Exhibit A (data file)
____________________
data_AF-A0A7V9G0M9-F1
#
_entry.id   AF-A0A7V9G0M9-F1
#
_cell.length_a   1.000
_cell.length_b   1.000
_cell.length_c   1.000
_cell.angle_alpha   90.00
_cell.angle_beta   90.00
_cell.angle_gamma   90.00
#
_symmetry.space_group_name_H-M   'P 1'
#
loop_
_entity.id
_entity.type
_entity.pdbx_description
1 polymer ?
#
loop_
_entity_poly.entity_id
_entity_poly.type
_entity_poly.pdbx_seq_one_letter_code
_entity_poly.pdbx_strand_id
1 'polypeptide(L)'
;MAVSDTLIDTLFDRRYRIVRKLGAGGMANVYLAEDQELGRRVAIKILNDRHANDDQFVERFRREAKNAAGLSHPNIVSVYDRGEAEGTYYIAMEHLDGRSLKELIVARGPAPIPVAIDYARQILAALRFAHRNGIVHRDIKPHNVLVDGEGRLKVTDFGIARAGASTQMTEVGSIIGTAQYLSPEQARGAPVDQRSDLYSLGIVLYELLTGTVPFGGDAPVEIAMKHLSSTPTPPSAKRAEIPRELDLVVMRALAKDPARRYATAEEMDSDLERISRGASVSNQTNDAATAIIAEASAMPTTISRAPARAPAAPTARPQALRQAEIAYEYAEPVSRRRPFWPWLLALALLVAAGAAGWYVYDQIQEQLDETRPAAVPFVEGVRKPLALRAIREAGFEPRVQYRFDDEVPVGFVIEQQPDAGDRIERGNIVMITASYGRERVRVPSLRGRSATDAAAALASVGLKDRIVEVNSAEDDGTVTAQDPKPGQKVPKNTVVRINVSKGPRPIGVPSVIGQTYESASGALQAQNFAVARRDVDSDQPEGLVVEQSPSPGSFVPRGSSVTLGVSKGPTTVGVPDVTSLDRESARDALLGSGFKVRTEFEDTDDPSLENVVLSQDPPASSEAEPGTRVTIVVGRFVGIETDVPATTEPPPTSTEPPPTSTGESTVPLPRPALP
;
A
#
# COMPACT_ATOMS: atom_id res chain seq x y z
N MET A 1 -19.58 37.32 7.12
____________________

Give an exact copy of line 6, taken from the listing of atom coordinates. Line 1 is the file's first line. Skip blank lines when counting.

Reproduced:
_cell.length_b   1.000